The thoracic cage is the skeletal framework that encloses the contents of the thorax. The thorax contains organs of respiration and circulation. Functioning of both of these is very vital for life.
Structure of Thoracic Cage
Thoracic cage is formed by bones and cartilage [osseocartilaginous]. It is an elastic cage which is primarily designed for increasing and decreasing the intrathoracic pressure so that air is sucked into the lungs during inspiration and expelled during expiration.
Thoracic cage is formed anteriorly by the sternum, posteriorly by the 12 thoracic vertebrae and the intervening intervertebral discs and on each side. The ribs on both the sides complete the cage.
Each rib articulates posteriorly with the vertebral column.
The thorax resembles a truncated cone which is narrow above and broad below. The narrow upper end is continuous with the root of the neck from which it is partly separated by the suprapleural membrane or Sibson’s fascia [a covering on the lung].
The broad lower end is almost completely separated from the abdomen by the diaphragm.
In transverse section, the thorax is bean shaped or kidney-shaped except in in infants below the age of two years, where it is circular.
Anteriorly, only the upper seven ribs articulate with the sternum through their cartilages. These are called true or vertebrosternal ribs.
The costal cartilages of the next three ribs (i.e., 8th, 9th, and 10th) end by joining the next higher costal cartilage. These ribs are, therefore, known as vertebrochondral ribs.
The costal cartilages of the 7th, 8th, 9th and 10th, ribs forms the costal margin.
The anterior ends of the 11th and 12th ribs are free and these ribs are termed as floating ribs. Some authors also call them vertebral ribs.
The last five ribs are collectively called false ribs. This includes both the vertebrochondral and vertebral ribs. It is so because they do not articulate with the sternum.
The costovertebral, manubriosternal and chondrosternal joints movements of the thoracic cage during breathing.
In infants the ribs are horizontal. Therefore the respiration is only by action of the diaphragm.
In adults the thorax is oval. The ribs are oblique and their movements alternately increase and decrease the diameters of the thorax. This results in the drawing in of air into the thorax (inspiration) and its expulsion (expiration). This is called thoracic respiration.
Adults have both diaphragmatic and thoracic respiration
Joints of Thorax
Thoracic cage has following joint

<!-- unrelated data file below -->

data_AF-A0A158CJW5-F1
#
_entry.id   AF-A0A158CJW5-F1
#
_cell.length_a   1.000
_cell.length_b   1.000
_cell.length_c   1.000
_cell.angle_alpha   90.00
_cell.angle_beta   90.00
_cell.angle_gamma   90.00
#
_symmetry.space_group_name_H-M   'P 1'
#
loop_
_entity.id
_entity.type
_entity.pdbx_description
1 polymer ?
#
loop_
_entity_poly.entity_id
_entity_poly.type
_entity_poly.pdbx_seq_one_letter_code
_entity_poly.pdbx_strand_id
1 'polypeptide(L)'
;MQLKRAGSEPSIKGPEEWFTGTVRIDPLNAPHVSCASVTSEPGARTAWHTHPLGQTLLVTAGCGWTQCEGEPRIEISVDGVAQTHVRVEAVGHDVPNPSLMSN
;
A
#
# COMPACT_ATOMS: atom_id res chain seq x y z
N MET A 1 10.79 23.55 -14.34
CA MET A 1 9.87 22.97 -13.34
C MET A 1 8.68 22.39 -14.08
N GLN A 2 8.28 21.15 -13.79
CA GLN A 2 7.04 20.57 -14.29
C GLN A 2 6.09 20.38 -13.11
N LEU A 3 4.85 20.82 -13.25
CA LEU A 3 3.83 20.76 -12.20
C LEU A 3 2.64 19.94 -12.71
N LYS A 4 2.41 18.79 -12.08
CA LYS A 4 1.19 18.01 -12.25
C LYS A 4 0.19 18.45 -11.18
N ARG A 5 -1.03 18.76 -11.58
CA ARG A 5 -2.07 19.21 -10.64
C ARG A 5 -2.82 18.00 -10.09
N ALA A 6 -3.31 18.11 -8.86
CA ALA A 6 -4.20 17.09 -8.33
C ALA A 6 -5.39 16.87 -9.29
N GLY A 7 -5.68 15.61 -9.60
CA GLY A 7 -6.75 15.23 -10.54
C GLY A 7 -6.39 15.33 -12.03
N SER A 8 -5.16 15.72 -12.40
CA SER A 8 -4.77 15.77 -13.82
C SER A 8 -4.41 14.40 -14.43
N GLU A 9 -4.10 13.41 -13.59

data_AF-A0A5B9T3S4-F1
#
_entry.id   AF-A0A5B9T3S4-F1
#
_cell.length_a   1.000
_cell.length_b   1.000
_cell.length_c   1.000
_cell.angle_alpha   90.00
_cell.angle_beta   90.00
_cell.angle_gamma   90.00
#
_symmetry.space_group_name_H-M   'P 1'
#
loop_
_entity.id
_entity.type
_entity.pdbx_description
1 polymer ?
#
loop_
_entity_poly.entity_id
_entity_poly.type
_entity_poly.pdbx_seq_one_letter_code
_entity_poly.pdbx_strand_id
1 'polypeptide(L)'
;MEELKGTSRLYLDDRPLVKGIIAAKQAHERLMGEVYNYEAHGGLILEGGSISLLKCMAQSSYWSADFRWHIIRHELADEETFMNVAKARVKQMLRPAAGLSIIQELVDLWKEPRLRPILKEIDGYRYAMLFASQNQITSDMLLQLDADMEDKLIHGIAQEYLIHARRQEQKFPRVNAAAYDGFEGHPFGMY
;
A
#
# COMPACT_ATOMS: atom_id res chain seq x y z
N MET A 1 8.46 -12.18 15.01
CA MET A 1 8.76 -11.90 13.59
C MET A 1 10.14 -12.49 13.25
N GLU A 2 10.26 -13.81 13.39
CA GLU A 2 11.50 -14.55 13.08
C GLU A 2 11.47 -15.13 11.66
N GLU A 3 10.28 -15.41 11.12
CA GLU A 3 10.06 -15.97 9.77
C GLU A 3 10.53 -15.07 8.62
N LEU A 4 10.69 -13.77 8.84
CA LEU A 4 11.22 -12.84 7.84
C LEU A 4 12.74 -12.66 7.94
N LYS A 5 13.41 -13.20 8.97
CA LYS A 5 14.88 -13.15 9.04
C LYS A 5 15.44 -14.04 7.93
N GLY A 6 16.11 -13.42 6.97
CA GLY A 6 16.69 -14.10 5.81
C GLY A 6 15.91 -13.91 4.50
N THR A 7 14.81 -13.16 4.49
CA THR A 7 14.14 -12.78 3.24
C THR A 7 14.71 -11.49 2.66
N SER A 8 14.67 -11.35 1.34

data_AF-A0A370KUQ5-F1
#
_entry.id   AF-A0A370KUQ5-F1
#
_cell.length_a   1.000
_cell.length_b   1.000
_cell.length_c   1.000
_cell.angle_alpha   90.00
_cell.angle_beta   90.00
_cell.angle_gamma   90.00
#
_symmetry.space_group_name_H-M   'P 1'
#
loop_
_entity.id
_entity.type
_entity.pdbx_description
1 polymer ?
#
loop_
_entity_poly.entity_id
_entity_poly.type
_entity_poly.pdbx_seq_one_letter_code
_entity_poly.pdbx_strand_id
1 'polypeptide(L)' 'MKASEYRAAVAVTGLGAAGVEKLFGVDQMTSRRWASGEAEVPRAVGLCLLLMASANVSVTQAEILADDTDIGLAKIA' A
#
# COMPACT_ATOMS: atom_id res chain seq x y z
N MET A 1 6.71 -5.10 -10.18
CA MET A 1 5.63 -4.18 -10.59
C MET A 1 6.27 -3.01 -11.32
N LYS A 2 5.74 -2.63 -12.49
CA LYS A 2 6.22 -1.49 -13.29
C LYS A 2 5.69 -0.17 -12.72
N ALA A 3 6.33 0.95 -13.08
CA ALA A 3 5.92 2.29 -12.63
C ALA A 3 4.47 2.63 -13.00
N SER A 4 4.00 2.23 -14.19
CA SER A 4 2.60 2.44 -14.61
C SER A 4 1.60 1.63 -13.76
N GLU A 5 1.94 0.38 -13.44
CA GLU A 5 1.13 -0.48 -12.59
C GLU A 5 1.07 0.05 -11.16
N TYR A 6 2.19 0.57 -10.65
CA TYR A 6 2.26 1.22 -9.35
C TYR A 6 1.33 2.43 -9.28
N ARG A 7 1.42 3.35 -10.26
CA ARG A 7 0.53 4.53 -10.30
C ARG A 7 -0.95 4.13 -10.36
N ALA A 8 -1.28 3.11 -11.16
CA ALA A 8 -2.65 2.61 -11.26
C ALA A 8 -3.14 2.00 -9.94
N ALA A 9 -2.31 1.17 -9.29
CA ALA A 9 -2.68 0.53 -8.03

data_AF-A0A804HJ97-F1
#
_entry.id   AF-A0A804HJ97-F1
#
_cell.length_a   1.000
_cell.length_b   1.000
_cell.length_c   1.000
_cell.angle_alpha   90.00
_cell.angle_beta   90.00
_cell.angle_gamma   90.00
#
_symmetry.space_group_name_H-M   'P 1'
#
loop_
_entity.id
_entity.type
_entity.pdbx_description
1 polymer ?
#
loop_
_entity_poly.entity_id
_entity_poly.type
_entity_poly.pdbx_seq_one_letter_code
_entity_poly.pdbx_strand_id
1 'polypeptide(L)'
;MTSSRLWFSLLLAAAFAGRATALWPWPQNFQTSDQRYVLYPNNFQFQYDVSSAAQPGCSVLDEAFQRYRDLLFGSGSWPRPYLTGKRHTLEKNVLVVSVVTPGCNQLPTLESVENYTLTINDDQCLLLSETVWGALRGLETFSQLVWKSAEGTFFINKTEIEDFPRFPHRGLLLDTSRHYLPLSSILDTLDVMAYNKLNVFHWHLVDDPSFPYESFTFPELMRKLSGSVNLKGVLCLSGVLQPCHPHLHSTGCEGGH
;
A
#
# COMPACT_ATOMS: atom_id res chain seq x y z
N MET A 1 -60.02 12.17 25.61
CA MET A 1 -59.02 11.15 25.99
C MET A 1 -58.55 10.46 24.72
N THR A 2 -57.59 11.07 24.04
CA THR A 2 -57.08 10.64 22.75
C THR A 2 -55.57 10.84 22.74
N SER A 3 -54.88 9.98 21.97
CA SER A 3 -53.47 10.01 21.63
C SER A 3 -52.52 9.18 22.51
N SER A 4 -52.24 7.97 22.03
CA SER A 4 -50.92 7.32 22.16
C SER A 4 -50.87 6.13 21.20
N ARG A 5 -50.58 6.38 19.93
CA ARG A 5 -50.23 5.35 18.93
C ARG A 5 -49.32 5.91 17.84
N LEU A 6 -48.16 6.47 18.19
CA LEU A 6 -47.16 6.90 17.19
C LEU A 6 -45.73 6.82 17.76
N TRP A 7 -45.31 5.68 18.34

- Between manubrium and sternum
- Secondary cartilaginous joint.
- Only slight movements of the body of the sternum on the manubrium during respiration.
- Fused in 10%
- Between the head of a typical rib and two vertebrae to form two-plane synovial joints
- One vertebra is of the same level as that of rib
- Other is the body of the next higher vertebra
- Separated by an intra-articular ligament
- Ligament attached to the ridge on the head of the rib and to the intervertebral disc.
- Synovial joint
- Between the tubercle of a typical rib and the transverse process of the corresponding vertebra
- Capsular ligament
- three costotransverse ligaments
- Superior costotransverse ligament
- Extends from the crest on the neck of the rib to the transverse process of the vertebra above
- has two laminae
- Inferior costotransverse ligament
- From the posterior surface of the neck to the transverse process of its own vertebra.
- Lateral costotransverse ligament
- Connects the lateral nonarticular part of the tubercle to the tip of the transverse process.
- Upper six ribs
- Articular facets on the tubercles of the upper 6 ribs are convex
- Permit rotation of the rib neck for pump-handle movements of these ribs.
- 7th to 10th ribs are
- Flat facets
- Permitting up and down gliding movements for the bucket-handle movements of the lower ribs.
- Upper six ribs
The first chondrosternal joint is a primary cartilaginous joint. It does not permit any movement. This helps in the stability of the shoulder girdle and of the upper limb.
The 2nd to 7th costal cartilages articulate with the sternum by synovial joints. Each joint has a single cavity except in the second joint where the cavity is divided into two parts. The joints of the thorax are held together by the capsular and radiate ligaments.
The cartilaginous joints between the sternal end of ribs and the lateral ends of costal cartilages.
Each rib has a depression shaped like a cup that the costal cartilage articulates with.
There is normally no movement at these joints of the thorax.
The 5th to 9th costal cartilages articulate with one another by synovial joints. The tenth cartilage is united to the ninth by fibrous tissue.